The massive jade carving illustrated on the opposite page has been skilfully worked to depict a lion-like mythical beast in a naturally black area of the stone and an eagle predominantly in celadon. Whilst this piece dates from China’s last dynasty, the Qing (1644-1911), the subject is an interpretation of the ancient motif of an eagle and bear, which first appeared on Han dynasty (206 BC-220 AD) ceremonial ‘champion vases’ where the eagle stands on the bear between two cylindrical vessels. This is just one of many instances in Chinese art where the images represented play on the tradition of using homophones to convey a deeper symbolic message. The Chinese word for an eagle is ‘ying’ and that for a bear is ‘xiong’. When put together, they form the word ‘yingxiong’, which means ‘hero’ or ‘champion’. The bear and eagle together are thus emblems of courage and bravery, and so it is believed that pieces with this motif were often given as gifts to military men. This imagery developed throughout later periods of Chinese history into more stylised representations where the bear, as in this carving, is rendered as a mythical beast resembling a lion, and the eagle has become a phoenix.

Sacrificial Red

In May 2018 we sold a blue glazed Imperial zhadou from the collection of Professor John Norman Collie, and this November we will be offering another Imperial zhadou, but this time glazed copper-red and from the Qianlong Emperor’s reign (1736-95). According to legend, the Xuande Emperor (r.1426-35) wanted to use a set of bright red ceramics to make offerings to the sun, and so he instructed the workers at the Jingdezhen kilns accordingly. Despite numerous attempts, they were unable to create the red the Emperor desired and so, unsatisfied by their work, he threatened to execute the workers. Upon hearing this news, one of the potter’s daughters went to the kilns, only to find that her father had been imprisoned for failing to produce the correct colour. In protest, she sacrificed herself by throwing her body into the blazing kiln. When the kiln was opened, the workers were astonished to find that all the ceramics inside were now red, supposedly having been stained by the girl’s blood. This is one explanation for why the colour of this glaze is also known as ‘sacrificial red’.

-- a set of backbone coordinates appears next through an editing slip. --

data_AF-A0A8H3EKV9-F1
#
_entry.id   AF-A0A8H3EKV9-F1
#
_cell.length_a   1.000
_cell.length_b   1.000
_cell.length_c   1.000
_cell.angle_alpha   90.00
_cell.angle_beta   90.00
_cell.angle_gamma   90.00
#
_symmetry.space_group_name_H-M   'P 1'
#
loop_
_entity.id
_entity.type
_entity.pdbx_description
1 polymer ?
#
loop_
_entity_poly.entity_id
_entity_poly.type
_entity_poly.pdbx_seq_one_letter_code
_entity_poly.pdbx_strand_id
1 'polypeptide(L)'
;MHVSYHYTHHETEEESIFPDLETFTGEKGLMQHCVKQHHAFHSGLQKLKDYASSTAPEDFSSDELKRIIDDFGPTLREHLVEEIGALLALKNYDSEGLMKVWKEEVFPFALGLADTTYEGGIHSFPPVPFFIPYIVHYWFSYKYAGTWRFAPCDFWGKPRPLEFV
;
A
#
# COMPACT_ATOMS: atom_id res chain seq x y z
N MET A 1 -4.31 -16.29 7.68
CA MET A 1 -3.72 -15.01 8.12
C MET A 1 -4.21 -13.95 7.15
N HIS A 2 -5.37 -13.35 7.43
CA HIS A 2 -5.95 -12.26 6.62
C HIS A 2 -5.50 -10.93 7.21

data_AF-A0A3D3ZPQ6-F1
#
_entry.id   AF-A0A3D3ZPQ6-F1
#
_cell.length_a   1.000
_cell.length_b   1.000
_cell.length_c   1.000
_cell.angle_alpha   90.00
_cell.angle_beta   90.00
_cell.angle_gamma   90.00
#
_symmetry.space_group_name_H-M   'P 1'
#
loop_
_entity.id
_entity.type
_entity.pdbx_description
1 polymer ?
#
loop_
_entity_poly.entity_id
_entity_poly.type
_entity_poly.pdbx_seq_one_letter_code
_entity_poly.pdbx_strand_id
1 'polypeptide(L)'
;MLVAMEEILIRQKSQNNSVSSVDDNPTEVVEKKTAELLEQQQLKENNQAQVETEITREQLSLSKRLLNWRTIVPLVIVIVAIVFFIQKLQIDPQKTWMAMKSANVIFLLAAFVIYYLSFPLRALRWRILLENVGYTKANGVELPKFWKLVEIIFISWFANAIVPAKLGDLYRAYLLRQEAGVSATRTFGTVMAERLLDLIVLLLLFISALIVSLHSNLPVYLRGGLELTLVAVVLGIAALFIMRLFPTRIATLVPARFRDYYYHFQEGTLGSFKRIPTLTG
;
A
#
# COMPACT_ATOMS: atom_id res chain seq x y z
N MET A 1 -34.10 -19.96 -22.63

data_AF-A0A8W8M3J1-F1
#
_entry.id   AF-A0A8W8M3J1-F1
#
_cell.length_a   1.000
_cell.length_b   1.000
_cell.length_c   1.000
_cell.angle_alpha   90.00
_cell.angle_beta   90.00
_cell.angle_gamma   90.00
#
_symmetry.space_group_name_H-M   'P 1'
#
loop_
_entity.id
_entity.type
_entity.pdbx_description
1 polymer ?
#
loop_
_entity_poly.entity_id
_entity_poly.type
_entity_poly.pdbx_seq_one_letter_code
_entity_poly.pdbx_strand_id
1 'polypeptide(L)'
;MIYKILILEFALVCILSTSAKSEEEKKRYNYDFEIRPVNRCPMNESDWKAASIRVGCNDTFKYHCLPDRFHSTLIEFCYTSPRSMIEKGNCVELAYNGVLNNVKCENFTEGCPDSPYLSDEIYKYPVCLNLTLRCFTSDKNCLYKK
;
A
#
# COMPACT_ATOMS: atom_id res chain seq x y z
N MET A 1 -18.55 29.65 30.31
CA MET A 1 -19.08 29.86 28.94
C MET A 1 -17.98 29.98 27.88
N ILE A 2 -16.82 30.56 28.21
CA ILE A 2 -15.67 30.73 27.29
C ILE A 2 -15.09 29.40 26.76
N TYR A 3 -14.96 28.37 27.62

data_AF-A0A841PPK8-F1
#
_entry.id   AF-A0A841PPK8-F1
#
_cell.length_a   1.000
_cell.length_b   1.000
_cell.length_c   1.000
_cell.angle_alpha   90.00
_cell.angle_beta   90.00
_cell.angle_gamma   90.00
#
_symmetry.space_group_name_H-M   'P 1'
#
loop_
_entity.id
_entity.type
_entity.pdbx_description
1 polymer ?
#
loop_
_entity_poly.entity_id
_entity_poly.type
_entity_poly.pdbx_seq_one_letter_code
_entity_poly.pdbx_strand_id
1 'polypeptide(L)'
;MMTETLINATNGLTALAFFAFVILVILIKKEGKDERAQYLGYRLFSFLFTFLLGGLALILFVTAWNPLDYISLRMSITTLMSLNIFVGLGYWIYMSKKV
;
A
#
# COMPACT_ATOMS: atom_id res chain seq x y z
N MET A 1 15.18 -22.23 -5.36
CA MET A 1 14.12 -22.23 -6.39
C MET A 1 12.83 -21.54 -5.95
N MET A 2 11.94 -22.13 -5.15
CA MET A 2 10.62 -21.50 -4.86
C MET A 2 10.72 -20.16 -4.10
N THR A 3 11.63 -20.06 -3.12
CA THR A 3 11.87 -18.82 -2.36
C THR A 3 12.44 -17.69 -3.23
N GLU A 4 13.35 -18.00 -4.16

The zhadou is from the collection of Reverend Victor Farmer (1898-1977). Farmer was an avid collector of Chinese pieces, particularly hardstones and other works of art, and much of his collection was sold at Sotheby’s in 1961 and at Phillips soon after his death in 1978. Throughout the dynasties, sacrificial rituals occupied a crucial place in Chinese culture and were performed for worshipping the heavens, the earth, the sun and the moon, as well as ancestors. Early sacrificial items were predominantly made from bronze, but in the Ming and Qing dynasties ceramics

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played an increasingly important role and monochrome ceramics were particularly significant. Sacrificial monochromes were produced in yellow, blue, white, black and red. Red was associated with fire and so many red monochromes were used at the Temple of the Sun in Beijing.

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HEADING FINE CHINESE PAINTINGS & CALLIGRAPHY XXth Month XXXX